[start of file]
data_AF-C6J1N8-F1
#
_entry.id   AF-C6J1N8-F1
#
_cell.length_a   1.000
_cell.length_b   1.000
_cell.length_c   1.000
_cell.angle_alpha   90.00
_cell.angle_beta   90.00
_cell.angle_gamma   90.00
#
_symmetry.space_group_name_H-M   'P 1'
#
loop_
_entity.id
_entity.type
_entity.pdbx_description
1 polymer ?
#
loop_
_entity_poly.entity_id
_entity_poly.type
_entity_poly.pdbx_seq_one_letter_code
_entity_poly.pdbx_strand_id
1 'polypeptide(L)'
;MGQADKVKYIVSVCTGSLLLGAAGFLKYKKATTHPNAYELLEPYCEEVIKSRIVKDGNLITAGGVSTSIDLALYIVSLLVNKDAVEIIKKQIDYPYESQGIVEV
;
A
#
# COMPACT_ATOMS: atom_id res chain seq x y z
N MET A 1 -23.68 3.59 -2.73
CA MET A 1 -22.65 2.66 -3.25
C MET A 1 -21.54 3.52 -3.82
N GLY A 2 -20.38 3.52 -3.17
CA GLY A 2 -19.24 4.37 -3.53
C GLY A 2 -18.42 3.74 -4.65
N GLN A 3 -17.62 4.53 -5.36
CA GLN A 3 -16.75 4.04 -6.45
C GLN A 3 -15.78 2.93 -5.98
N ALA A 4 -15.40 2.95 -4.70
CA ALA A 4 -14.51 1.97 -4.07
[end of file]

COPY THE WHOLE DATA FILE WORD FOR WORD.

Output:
data_AF-C6J1N8-F1
#
_entry.id   AF-C6J1N8-F1
#
_cell.length_a   1.000
_cell.length_b   1.000
_cell.length_c   1.000
_cell.angle_alpha   90.00
_cell.angle_beta   90.00
_cell.angle_gamma   90.00
#
_symmetry.space_group_name_H-M   'P 1'
#
loop_
_entity.id
_entity.type
_entity.pdbx_description
1 polymer ?
#
loop_
_entity_poly.entity_id
_entity_poly.type
_entity_poly.pdbx_seq_one_letter_code
_entity_poly.pdbx_strand_id
1 'polypeptide(L)'
;MGQADKVKYIVSVCTGSLLLGAAGFLKYKKATTHPNAYELLEPYCEEVIKSRIVKDGNLITAGGVSTSIDLALYIVSLLVNKDAVEIIKKQIDYPYESQGIVEV
;
A
#
# COMPACT_ATOMS: atom_id res chain seq x y z
N MET A 1 -23.68 3.59 -2.73
CA MET A 1 -22.65 2.66 -3.25
C MET A 1 -21.54 3.52 -3.82
N GLY A 2 -20.38 3.52 -3.17
CA GLY A 2 -19.24 4.37 -3.53
C GLY A 2 -18.42 3.74 -4.65
N GLN A 3 -17.62 4.53 -5.36
CA GLN A 3 -16.75 4.04 -6.45
C GLN A 3 -15.78 2.93 -5.98
N ALA A 4 -15.40 2.95 -4.70
CA ALA A 4 -14.51 1.97 -4.07